*My metal Pinocchio lunch box from grade school.
*The test results from Hopper's DNA karyotype that changed our lives so completely 21 years ago.
*Unopened Sesame Street and Highlights For Kids magazines from 15 to 18 years ago.
*Card from Hubster's grandmother from 1997. It still had the $5 she sent for us to buy ice cream in it. We did.
*Birthday card from Hopper's 4th birthday from her uncle that still held the $5 he sent her. That was 17 years ago.
*Box from mug Hubster and Bugster got me for my birthday when I was expecting Hopper. Mug said, "I Y my job like I Y having my finger slammed in the car door." with an adorable note from Hubby on the inside flap.
*The beginning lines of a story Bugster started to write when she was about 10. "There was a boy named Jack, who didn't know the difference between a Life Saver and a nickle. He was a very lonely little boy." And that's where it ended. I would have loved to have read more.
*Bugster's beginning music book for French Horn and her beginning, intermediate and Christmas music books for flute.
*Plastic glasses from a comedy show we saw in our first year of marriage.
*The boxes from Hopper's first set of hearing aides.
*The assembly instructions for the wheelchair Scooter used until she was 7.
These are just some of the many, many things I've found in the boxes of paperwork I've sorted through the last couple of days.
I set a goal to get through all the boxes of paperwork in the study before the end of September, but I'm not sure, if I'm going to make it or not. The whole situation with Scooter set me back a bit, so I will probably have to be okay with finishing up in October instead.
In the meantime, I can see the back wall of the study where the boxes were stacked 3 deep and all the way to the ceiling. The first row is completely gone, and the second row no longer reaches the ceiling, but I still have a long way to go.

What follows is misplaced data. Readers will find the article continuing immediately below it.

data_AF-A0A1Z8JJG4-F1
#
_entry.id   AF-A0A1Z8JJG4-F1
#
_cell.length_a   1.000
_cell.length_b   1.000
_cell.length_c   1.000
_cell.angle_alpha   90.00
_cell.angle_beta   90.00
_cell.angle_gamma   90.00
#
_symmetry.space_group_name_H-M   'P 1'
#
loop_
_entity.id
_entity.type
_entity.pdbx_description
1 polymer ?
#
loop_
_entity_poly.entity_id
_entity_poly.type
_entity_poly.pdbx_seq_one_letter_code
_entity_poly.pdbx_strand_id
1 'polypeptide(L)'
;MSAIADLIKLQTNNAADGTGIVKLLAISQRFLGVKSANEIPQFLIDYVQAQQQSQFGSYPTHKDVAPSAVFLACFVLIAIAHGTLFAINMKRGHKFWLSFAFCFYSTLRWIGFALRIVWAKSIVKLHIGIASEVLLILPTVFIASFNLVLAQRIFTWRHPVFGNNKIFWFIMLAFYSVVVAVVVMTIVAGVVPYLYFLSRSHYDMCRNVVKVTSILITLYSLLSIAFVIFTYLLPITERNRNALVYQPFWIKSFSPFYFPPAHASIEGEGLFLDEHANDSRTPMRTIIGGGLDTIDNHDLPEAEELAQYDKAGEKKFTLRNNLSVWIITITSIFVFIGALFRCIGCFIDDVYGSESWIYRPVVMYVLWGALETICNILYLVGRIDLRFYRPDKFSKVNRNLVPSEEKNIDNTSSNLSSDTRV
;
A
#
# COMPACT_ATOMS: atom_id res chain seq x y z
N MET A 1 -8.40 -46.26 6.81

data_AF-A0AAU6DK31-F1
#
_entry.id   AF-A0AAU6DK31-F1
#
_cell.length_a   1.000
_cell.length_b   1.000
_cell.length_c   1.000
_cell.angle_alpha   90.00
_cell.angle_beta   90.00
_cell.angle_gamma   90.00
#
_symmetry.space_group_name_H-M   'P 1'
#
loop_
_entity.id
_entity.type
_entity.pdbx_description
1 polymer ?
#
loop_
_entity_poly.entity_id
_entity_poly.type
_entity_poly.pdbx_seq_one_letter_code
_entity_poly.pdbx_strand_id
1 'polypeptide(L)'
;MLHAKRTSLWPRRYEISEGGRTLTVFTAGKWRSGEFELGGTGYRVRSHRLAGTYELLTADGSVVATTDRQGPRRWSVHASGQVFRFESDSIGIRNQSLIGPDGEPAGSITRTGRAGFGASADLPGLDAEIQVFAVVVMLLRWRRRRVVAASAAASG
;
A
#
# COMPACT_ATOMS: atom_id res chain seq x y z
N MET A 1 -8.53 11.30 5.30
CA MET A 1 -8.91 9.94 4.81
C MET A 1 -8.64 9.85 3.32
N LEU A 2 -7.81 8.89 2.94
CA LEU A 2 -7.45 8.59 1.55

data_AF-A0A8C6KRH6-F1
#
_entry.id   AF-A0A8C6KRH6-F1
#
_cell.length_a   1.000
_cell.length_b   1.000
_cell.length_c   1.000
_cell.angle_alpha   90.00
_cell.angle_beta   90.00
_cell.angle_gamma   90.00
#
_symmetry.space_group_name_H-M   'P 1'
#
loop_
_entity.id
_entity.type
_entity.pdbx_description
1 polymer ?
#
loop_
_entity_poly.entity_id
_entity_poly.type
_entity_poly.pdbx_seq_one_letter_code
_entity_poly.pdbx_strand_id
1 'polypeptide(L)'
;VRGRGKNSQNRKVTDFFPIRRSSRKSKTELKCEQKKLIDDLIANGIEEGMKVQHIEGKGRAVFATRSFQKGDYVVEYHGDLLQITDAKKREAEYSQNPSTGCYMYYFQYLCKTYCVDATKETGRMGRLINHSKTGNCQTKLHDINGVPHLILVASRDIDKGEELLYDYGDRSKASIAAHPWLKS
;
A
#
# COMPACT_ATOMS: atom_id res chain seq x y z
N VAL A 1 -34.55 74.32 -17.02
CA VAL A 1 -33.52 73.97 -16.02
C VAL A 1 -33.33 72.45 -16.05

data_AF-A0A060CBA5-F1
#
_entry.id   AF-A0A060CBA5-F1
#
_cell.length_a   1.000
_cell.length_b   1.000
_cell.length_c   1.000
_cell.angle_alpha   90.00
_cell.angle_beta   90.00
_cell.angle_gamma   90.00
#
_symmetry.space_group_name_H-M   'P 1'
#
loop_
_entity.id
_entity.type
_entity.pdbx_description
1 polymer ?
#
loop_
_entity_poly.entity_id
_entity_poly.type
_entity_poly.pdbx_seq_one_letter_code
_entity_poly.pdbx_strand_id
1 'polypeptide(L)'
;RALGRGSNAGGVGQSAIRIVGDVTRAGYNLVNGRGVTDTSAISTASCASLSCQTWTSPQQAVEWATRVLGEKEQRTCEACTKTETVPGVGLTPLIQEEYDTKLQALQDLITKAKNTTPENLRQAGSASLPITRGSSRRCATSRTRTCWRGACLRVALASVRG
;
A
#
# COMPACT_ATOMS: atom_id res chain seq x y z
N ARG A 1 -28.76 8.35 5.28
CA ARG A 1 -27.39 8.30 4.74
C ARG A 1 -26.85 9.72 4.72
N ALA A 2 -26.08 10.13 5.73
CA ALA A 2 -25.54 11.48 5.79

I sent 4 more bags of shredables out the door this morning after sending 7 bags out yesterday for a total of 25 grocery bags of preshredded for the month of September. I've also sent 4 huge black contractor bags of trash out that consisted of paperwork I could throw.
I've been able to let go of things I've hung onto for years in the hope that I would eventually fix them. The most liberating of these items has to be the story books that were torn up. I always felt such a huge obligation to repair them to the best of my ability and practically laminate each page with tape, so they couldn't tear them again. I did manage to do this a few times with some of the books over the years, but more often than not, they were just tossed in a box. I am sure some of the missing pieces of pages I never found ended up in someone's digestive track somewhere along the way. I didn't check too closely.
I'm just glad that I was finally able to dispose of them guilt-free.
I've come to the conclusion that I'm not responsible for everything that goes wrong. It's not my job to fix it all. I don't have to save everything associated with our children's lives to be a good mom.
It's better to throw it away than to throw my life away worrying about it.